Hello, aReNGee here with my first deck tech article in a very long time. First of all, I’d like to start off with some disclaimers: I don’t think anyone should netdeck this list. I think it is poorly built and tuned worse. However, I do think it serves as a useful illustration for a number of key topics, specifically pertaining to times when the objectively more powerful option is not the correct choice.
Let’s take a look at the deck. A long, sad look.
Yikes. That’s a lot of bad cards. This deck plays such hits as Wyatt (who isn’t good, and who’s effect isn’t optional) and the actual vanilla Drifter. The powerbase is bad, it used to be worse, and even the market is weak. Despite all this, and my history for bad decisions, I’m generally considered to have SOME method to my madness. So let’s talk about what led us down the sad path of Stonescar Gunslingers in the first place.
This is more or less the only draw to the archetype and its the most powerful card in the deck. It also
rationalizes justifies unplayable cards like Drifter, because a turn 1 Drifter lets you Hideout Pistol a Teacher of Humility on the draw. Hideout Pistol leads to some absurdly powerful tempo swings, where your two drops kill their 3 drop and attack, synergizes well with the Quickdraw units, and can even team up with other cards in the late game to take down larger threats. However, it asks for a huge base of units of the relative type, and that’s why I’m playing so many tribal enablers – even Wyatt, who’s just a strictly worse Rakano Outlaw.
That said, this deck does have another good trick – Shugo Tactic. Rampage is bad when it costs you a card, but its also exactly the card you want to draw in the late game to push through those last points of damage. It’s extremely strong on the Deadly units, pushing Champion of Chaos even further and going absolutely nuts on an activated Ashara (she hits for 10 through one blocker).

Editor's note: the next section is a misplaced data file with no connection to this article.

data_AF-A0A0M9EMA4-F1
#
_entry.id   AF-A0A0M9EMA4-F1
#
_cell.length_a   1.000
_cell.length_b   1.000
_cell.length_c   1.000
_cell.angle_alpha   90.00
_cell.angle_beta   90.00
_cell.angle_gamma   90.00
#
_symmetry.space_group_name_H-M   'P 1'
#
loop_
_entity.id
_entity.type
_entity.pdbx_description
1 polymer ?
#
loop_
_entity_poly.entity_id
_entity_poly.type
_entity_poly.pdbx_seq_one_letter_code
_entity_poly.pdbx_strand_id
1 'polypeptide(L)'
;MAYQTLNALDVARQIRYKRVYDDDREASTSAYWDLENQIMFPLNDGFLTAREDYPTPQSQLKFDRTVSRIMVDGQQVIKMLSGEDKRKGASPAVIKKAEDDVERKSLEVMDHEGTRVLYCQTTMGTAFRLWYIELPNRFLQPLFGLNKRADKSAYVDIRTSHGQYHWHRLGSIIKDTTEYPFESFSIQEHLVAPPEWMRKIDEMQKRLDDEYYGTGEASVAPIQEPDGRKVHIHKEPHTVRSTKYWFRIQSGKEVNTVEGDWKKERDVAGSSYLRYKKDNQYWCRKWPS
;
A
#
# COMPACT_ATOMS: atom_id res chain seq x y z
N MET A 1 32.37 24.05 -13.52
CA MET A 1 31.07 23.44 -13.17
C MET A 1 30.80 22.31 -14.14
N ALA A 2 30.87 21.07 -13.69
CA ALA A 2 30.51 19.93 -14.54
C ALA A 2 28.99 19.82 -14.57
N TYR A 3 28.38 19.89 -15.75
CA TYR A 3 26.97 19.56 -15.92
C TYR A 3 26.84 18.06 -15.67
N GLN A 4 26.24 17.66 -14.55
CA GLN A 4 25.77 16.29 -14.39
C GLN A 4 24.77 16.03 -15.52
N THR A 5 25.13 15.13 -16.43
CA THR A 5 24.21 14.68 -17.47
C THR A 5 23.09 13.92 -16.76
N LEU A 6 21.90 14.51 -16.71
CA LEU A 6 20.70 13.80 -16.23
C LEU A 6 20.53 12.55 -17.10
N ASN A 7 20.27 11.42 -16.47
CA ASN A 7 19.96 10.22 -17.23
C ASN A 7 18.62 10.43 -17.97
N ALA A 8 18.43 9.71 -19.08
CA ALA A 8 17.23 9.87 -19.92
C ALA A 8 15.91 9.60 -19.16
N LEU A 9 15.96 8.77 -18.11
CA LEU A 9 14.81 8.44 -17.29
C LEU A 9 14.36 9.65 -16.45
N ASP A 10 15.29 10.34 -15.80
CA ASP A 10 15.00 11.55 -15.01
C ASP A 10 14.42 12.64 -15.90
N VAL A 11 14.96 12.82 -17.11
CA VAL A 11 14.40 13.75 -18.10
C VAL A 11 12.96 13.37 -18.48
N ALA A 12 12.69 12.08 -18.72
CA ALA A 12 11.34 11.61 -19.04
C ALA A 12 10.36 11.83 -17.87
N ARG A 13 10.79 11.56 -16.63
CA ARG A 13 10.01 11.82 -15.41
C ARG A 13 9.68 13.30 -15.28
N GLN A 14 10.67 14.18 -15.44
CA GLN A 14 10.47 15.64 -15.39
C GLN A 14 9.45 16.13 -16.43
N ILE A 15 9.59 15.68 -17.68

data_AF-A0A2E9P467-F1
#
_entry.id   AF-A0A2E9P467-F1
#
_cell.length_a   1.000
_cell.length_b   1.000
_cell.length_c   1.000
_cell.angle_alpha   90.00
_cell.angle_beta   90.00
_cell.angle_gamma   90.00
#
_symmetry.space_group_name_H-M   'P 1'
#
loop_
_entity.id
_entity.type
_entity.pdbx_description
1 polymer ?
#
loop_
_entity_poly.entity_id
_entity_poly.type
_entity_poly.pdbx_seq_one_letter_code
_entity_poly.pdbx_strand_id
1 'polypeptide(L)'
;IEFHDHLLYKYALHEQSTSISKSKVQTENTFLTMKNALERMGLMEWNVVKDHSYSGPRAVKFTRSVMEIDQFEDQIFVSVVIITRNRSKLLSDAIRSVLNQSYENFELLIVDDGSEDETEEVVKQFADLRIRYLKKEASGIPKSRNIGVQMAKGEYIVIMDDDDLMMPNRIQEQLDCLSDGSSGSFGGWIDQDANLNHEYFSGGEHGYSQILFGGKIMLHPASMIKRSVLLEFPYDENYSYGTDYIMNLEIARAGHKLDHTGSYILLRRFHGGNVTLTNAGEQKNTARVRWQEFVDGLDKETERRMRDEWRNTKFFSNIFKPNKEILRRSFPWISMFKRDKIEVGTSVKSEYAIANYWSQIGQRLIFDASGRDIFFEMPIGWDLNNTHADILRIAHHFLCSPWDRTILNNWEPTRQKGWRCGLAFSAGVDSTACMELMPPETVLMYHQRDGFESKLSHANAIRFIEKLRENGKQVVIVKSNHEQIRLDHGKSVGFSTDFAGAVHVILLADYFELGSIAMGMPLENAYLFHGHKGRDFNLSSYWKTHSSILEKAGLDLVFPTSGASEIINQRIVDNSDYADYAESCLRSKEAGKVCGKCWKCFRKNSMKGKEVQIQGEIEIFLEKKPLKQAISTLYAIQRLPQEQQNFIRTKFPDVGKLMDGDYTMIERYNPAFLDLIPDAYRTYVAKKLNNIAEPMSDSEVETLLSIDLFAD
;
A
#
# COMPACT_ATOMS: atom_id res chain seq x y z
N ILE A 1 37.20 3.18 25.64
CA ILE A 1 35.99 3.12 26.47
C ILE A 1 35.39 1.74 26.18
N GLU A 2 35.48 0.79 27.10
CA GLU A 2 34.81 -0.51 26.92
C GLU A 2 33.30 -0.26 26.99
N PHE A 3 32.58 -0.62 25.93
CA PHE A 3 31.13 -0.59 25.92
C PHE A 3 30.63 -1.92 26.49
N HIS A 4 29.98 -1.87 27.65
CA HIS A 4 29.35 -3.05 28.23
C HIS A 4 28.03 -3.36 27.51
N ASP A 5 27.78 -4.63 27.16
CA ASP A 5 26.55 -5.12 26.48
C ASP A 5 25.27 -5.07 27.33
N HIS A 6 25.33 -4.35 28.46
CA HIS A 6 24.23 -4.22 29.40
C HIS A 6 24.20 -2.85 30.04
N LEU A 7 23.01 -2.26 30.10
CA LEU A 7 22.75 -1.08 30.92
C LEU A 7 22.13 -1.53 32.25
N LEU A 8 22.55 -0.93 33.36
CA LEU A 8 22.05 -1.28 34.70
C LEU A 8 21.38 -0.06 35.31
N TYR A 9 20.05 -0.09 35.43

This deck doesn’t play appreciably different from Stonescar decks of the past – play out your early units, force enough damage through to keep them on the defensive, and finish it off with an early Bandit Queen or a combat trick. You can’t play defense very effectively, but you have enough removal to keep opponents from attacking you and enough combat tricks to force through the blockers. If your opponent gets the tempo, you’ll have a difficult time playing from the back foot unless you draw a lot of removal.
We’ve talked about the what and the how, now we need to talk about the why. Veteran players will have already expressed disbelief over this deck being chosen as a showcase, given how poorly it stacks up – indeed, I’m sure this will be unplayable in a week. However, it’s important to talk about why it’s successful at the moment, as it sheds a lot of light on the current metagame.
- Hailstorm is gone. If you take a quick look at this deck’s units, you’ll note that no unit has more than 3 health. Hailstorm is essentially unbeatable against this deck… but Bandit Queen can kill before Harsh Rule comes down. However, at the moment nobody is on Hailstorm! Why? The decks that are popular right now are TJP spells, Big Time, and Rakano X (which includes ramp, Answer the Call, and FJx Control varients). TJP Spells puts on too much kill pressure and grows too quickly for Hailstorm to be a real answer, and all the other decks go over top of it. Therefore, Hailstorm is on the bench this week.